Actually NEAR, but I wanted to draw you all in.  This was the view out the window of my house Sunday morning :

Half of the window frame is covered in snow

Trying to fight off major SAD, I thought I’d lay out a photo display of what we are all waiting for, beginning in a few weeks and running into April.  I’m focusing on flora, but can’t resist a few birds as well. I took all of these images in the Arnold Arboretum in recent years.

When the snow abates, we will see evidence of spring on the ground and in the trees, even in February.  Here is a very early example:


Skunk Cabbage Symplocarpus foetidus. True to it’s latin name, the flower (seen left below) puts out a fetid odor; attracting ground beetles that act as pollinators while bees are dormant.

Pussy Willows begin to show themselves in February as well. Here is one type:

Rosegold Pussy Willow Salix gracilistyla

And here is a neat black form, also found along Meadow Road in the Arboretum:


Salix gracilistyla var. melanostachys

Even more typical flowering plants can bloom in February.  I took this image on this very date in 2012.  I hope it isn’t in flower today!

Japanese Apricot Prunus mume in the Rose Garden

The landscape can be quite altered in spring.  This is what Faxon Pond looked like on April 1, 2010

Heavy spring rains caused major flooding of the man-made ponds at the Arboretum in 2010. With all this snow we could have a repeat this year.

These next bulbs incorporate snow in their common names, hinting at their early display:

Glory of the Snow Chionodoxa sps.

Snowdrops Galanthus sps.

Soon some of the lawns below Bussey Hill will look like this:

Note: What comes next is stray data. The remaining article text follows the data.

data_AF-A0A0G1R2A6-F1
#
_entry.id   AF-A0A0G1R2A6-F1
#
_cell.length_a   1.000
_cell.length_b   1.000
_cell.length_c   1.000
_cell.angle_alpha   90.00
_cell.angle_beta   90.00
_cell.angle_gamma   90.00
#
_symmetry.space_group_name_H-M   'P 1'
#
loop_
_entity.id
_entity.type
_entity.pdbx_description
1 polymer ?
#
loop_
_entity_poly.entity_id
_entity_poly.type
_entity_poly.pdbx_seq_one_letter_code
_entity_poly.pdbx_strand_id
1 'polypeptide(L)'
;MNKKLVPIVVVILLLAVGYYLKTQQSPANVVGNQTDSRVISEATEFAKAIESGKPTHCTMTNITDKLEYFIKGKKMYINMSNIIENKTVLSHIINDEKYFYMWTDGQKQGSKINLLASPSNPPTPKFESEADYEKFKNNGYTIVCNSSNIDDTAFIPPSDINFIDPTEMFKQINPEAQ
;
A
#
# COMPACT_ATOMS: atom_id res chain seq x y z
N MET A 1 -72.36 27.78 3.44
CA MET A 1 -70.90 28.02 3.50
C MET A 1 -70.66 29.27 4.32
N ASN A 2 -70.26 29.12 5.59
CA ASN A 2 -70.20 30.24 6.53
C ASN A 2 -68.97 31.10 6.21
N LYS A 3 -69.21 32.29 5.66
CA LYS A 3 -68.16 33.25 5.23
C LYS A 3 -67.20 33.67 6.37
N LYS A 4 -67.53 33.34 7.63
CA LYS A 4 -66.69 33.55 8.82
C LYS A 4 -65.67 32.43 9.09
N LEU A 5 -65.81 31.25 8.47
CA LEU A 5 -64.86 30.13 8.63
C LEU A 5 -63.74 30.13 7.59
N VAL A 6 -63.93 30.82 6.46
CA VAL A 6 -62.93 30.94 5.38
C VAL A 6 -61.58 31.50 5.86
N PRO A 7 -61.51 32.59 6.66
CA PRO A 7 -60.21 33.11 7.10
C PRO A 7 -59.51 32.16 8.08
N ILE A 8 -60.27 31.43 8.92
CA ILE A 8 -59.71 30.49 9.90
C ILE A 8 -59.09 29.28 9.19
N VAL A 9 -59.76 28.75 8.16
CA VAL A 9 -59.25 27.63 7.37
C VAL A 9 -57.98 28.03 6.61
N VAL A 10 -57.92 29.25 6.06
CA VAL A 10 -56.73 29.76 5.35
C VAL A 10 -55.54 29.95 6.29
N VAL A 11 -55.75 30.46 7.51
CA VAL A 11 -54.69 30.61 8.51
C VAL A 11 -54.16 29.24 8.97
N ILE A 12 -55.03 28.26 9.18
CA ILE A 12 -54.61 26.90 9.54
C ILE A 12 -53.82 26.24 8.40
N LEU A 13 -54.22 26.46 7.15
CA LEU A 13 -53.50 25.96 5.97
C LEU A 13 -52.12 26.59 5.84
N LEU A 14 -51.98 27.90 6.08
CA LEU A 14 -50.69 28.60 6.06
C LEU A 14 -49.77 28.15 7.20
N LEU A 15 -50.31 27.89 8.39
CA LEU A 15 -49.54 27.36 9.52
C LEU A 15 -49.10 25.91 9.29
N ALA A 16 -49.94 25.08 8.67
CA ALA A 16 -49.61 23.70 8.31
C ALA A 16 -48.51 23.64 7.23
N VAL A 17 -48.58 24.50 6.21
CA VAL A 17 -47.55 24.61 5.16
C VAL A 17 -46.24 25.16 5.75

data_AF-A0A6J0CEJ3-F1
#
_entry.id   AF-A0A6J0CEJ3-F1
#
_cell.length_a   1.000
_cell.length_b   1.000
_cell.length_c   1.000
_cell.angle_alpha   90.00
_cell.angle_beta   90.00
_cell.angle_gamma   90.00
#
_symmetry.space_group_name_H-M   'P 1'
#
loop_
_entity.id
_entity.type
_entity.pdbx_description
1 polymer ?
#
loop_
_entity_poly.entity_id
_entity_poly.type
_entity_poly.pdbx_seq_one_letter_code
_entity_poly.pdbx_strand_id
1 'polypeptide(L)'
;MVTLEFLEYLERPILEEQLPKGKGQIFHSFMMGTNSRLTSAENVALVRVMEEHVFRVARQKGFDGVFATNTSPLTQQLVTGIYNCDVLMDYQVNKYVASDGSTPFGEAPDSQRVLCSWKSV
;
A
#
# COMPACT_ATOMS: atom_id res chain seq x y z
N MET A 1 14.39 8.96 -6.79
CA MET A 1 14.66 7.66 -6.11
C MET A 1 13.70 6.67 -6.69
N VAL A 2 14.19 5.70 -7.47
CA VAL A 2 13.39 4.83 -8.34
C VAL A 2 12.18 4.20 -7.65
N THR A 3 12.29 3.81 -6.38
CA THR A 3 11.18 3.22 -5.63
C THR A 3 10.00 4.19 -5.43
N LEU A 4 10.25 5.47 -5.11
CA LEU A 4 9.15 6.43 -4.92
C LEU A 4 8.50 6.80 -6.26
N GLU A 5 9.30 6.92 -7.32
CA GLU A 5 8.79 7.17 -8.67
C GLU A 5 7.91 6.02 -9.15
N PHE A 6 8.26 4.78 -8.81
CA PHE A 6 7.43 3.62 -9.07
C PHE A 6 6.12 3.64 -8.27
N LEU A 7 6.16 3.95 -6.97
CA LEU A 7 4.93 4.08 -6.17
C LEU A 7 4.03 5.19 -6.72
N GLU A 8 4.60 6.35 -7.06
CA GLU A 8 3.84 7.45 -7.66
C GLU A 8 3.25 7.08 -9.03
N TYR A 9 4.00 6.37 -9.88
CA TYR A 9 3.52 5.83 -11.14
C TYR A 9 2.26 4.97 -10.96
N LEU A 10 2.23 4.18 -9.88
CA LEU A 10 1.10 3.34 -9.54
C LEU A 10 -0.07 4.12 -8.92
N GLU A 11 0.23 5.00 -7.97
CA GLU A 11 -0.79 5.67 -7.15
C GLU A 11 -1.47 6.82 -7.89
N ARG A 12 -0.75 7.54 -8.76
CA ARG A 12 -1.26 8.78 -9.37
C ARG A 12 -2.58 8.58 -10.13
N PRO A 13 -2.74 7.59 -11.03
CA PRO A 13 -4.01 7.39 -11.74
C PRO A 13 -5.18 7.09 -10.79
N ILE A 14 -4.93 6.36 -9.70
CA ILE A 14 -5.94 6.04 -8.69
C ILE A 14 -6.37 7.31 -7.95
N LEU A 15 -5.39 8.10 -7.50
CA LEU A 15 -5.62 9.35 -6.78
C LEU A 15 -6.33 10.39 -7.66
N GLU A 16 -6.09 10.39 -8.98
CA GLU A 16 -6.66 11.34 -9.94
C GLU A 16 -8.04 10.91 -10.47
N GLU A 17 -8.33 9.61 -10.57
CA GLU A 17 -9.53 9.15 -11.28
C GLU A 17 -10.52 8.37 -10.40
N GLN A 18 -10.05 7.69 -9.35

Crocus sps. on the lawn below Bussey Hill

The earliest migrating birds appear in the cattail marsh along Meadow Road in February.


Male Red-winged Blackbirds establishing territory in the marsh.

But it will take at least another month for this beauty to show itself!

Male Eastern Bluebird, preening

By April, many flowering trees will erupt into bloom.  Maples are not known for their floral display, but up close their early blooms can be spectacular:

Silver Maple Acer saccharinum

Another April bloomer, with tiny but magnificent flowers, can be seen beyond the _Tilia_collection along Meadow Road:

Japanese Cornel Dogwood Cornus officinalis

This early March flowering shrub was cloned at the Arnold Arboretum in 1928, and was given the name “Arnold Promise:

Hamamelis x intermedia ‘Arnold Promise’ in bloom on March 2, 2002.

Here is it’s lovely flower close up:

Another early bloomer, fragrant as is the Witch Hazel above, is the Spicebush:

Japanese Spicebush Lindera obtusiloba, showing it’s handsome bark as well as it’s inflorescence.

Early spring can bring out beauty in emerging leaves as well; here are two examples:

Mountain Ash Sorbus sp. near Dawson Pond


Fragrant Winterhazel_ Corylopsis glabrescens  _

At the Rose Garden, April really brings in the color:

Formosan Cherry Prunus‘Okame’


Tokyo Cherry Prunus X yedoensis

Sargent Cherry Prunus Sargentii

All those blossoms bring out the insects:

Honeybee on clethra sps.

Which bring in the birds:

Yellow Warbler, male

Can spring be that far away?  My spring series of bird walks will begin on Saturday April  18th beginning at the main gate at 8AM.  See the AA website for more information.

In the meantime, stay warm!